Does IBD Qualify for Medical Marijuana in Ohio?
Inflammatory Bowel Disease, often referred to simply as IBD, is a fairly common condition that impacts the lives' of million of Americans. According to the Center for Disease Control and Prevention, roughly 3 million individuals suffer from IBD, with approximately 100,000 of these people being residents of the State of Ohio. While there is currently no known cure for this chronic condition, there are new treatments being explored all the time to help alleviate the pain and other symptoms. One of the new treatments methods that is garnering approval from the medical community is that of medical marijuana. This is great news for individuals living with IBD in Ohio, as the Ohio Board of Medicine has approved IBD as a qualifying condition for eligibility for medical marijuana.
How Can Marijuana Help Ohio Patients With IBD?
There are many receptors throughout the body that react to cannabis, and some of those receptors are in the gastrointestinal tract. When these receptors come into contact with cannabis, symptoms such as pain are often relieved. Studies have also shown that marijuana use can help reduce inflammation in the intestines, which is a significant driver of IBD itself.
A study performed by the British Journal of Pharmacology showed that rats with colitis suffered much lower rates of inflammation on THC, rather than rats given a common anti-inflammatory medication. Similar studies in Italy and Israel also showed excellent anti-inflammatory results for CBD, or medical marijuana. One study even showed that patients were able to give up their other regular medications entirely thanks to the relief provided by medical marijuana.
More research is still being conducted on the use of medical marijuana in treating IBD, but it is clear that the results we have now are very promising. In addition to relieving inflammation and pain, this treatment could help reduce weight loss and help patients get better sleep to reduce fatigue. As the laws surrounding cannabis change in Ohio and other states, it will become easier for further investigation to reach more concrete conclusions about medical marijuana’s impact on things such as Crohn's Disease and Colitis.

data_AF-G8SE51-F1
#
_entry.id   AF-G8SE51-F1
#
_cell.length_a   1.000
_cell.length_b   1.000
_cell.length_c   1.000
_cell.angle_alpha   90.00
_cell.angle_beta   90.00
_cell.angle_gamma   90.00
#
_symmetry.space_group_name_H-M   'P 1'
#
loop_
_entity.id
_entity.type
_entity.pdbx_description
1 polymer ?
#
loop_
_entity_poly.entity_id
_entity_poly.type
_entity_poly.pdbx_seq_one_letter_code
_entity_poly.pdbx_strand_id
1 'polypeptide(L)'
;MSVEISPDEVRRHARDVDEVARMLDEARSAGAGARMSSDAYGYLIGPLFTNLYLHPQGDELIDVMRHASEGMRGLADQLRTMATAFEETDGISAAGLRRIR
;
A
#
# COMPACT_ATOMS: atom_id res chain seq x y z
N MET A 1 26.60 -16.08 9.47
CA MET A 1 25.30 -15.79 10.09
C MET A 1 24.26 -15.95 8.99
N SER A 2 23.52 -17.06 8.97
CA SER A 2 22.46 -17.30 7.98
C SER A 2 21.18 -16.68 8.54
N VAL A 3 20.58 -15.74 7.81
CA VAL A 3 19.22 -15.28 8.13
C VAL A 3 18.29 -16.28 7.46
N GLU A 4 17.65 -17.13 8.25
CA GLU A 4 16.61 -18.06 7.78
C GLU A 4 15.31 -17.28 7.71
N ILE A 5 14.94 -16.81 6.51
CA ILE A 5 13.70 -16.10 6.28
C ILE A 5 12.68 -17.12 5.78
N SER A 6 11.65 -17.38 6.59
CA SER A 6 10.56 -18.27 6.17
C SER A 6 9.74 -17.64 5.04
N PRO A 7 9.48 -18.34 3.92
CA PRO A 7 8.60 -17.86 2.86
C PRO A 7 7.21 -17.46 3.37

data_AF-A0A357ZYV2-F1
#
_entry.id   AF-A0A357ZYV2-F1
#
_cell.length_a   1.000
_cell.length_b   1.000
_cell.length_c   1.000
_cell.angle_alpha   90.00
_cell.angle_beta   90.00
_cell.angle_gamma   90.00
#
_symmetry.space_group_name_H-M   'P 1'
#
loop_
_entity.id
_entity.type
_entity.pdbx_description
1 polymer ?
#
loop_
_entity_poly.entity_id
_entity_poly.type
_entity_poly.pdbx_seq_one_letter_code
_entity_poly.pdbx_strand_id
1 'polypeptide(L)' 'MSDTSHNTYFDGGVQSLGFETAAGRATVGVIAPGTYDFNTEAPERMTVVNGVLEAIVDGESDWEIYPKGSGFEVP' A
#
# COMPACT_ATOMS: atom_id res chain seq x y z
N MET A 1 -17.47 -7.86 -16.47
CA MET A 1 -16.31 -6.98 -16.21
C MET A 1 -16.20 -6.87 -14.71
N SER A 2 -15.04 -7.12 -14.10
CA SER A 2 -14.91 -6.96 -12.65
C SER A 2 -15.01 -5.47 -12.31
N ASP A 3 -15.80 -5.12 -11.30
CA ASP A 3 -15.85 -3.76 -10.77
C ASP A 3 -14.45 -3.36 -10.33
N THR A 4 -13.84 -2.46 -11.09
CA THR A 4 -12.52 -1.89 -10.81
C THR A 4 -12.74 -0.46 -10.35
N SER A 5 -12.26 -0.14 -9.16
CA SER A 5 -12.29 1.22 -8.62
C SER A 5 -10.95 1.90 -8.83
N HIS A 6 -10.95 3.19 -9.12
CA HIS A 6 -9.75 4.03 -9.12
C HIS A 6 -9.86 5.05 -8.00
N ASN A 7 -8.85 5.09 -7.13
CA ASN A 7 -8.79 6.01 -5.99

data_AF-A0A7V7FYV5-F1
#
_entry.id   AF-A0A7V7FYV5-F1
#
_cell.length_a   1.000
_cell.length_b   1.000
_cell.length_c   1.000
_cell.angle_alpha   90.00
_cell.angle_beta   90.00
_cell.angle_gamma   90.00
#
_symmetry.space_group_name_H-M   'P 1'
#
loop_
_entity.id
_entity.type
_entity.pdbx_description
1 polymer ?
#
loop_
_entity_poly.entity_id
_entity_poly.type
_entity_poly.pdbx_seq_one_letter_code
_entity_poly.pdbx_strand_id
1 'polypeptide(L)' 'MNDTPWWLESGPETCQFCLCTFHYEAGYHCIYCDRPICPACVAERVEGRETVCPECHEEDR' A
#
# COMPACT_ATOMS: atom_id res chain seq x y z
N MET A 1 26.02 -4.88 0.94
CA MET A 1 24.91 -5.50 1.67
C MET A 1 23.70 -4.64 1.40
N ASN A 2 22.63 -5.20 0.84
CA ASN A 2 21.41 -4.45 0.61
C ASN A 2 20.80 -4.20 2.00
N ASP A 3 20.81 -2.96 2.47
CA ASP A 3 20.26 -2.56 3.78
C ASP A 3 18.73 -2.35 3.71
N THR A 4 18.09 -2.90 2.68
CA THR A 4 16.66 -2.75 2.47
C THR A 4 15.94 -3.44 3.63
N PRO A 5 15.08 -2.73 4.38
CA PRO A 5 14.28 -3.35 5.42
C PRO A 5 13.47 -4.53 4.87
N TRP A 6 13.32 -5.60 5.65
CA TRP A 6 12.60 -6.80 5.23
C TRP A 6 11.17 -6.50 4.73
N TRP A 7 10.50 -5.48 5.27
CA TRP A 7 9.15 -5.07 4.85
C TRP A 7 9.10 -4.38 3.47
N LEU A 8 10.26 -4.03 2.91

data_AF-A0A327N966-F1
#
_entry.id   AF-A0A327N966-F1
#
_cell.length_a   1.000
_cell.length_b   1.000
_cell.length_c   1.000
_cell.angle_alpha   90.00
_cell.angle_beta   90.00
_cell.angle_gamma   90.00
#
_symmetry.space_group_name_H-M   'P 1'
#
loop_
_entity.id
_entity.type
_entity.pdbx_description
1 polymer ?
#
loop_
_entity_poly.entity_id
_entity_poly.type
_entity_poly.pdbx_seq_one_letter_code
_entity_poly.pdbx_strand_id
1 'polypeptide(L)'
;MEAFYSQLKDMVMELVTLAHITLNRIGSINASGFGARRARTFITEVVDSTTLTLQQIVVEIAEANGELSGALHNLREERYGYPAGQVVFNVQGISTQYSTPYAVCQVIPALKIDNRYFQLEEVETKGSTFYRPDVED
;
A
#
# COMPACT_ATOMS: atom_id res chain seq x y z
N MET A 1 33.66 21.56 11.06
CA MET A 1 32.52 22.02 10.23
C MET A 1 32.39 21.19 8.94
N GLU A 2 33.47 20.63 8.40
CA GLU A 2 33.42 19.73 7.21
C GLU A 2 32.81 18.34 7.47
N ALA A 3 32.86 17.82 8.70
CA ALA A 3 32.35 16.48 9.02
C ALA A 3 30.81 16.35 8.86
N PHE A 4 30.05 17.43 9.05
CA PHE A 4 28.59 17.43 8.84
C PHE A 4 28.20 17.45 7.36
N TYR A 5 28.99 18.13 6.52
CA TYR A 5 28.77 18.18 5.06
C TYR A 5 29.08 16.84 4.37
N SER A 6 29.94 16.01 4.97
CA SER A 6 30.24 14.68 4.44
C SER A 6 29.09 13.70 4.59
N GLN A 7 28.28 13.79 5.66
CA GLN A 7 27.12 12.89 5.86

Interested In Medical Marijuana For IBD?
For those interested in using marijuana to treat IBD, we highly recommend doing so under the supervision of a licensed physician certified to recommend medical marijuana.
Visit Us At Ohio Marijuana Card
Ohio Marijuana Card has office locations in all major Ohio cities, and at every location, we have compassionate doctors certified to recommend and friendly support staff to help you through the entire process. We understand that this process can be confusing, so we take all of the guesswork out of it for our patients. We'll take care of everything, from helping you collect your medical records before your appointment, to submitting your recommendation to the State Board of Pharmacy after the appointment.
Give us a call today if you have any questions, or to schedule an appointment.
3 Easy Steps
Schedule an appointment with one of our friendly marijuana doctors at any location throughout the State!
Visit our office for your
in-person evaluation with a state-certified medical marijuana doctor.
With the doctor's approval, you'll receive your card via email from the Ohio Board of Pharmacy.
What is Inflammatory Bowel Disease?
Inflammatory Bowel Disease, or IBD, is a chronic condition that is caused by an inflamed digestive tract. Chron’s Disease, and ulcerative colitis, are the two most common forms of IBD. This condition leads to symptoms like chronic diarrhea, severe pain in the abdomen, fatigue, weight loss, and much more. As a result of this discomfort, It can be challenging for sufferers to lead a normal life, and many sufferers of IBD get sick very easily due to a compromised immune system.
Treatments options available for IBD right now are primarily focused on alleviating the symptoms, such as helping to block the inflammation that leads to pain and other symptoms. Naturally, anti-inflammatory drugs are often used, such as corticosteroids, immunomodulators, and other biologic agents. Changing of one’s diet to include more water and balanced nutrients is usually recommended, and some IBD patients also try herbal therapies to help keep the gut bacteria balanced. None of these treatments are shown to have significant impact on the disease, and most patients rely on over-the-counter pain relief to help them get through their days.
Is IBD The Same As Irritable Bowl Syndrome (IBS)?
Though the two conditions share some similarities, notably pain, Inflammatory Bowel Disease refers to a different type of condition than Irritable Bowl Syndrome. As such, they are not inherently the same disease. IBD does fold Ulcerate Colitis and Crohn's Disease under its umbrella, but since the colon is technically functioning normally with IBS patients, the two ailments are categorized as separate conditions.
IBS, often referred to as spastic colon or spastic bowel, is unique in that many test results do not catch any error in colon or other internal functioning. As a result, there is no inflammation, nor are there ulcers or other elements that damage the colon. Rather, IBS includes side effects such as chronic pain from cramping, bloating, gas, mucus in the stool, constipation and diarrhea.
Patients suffering from IBS do still qualify for medical marijuana in Ohio if their IBS results in chronic pain that is either severe or intractable.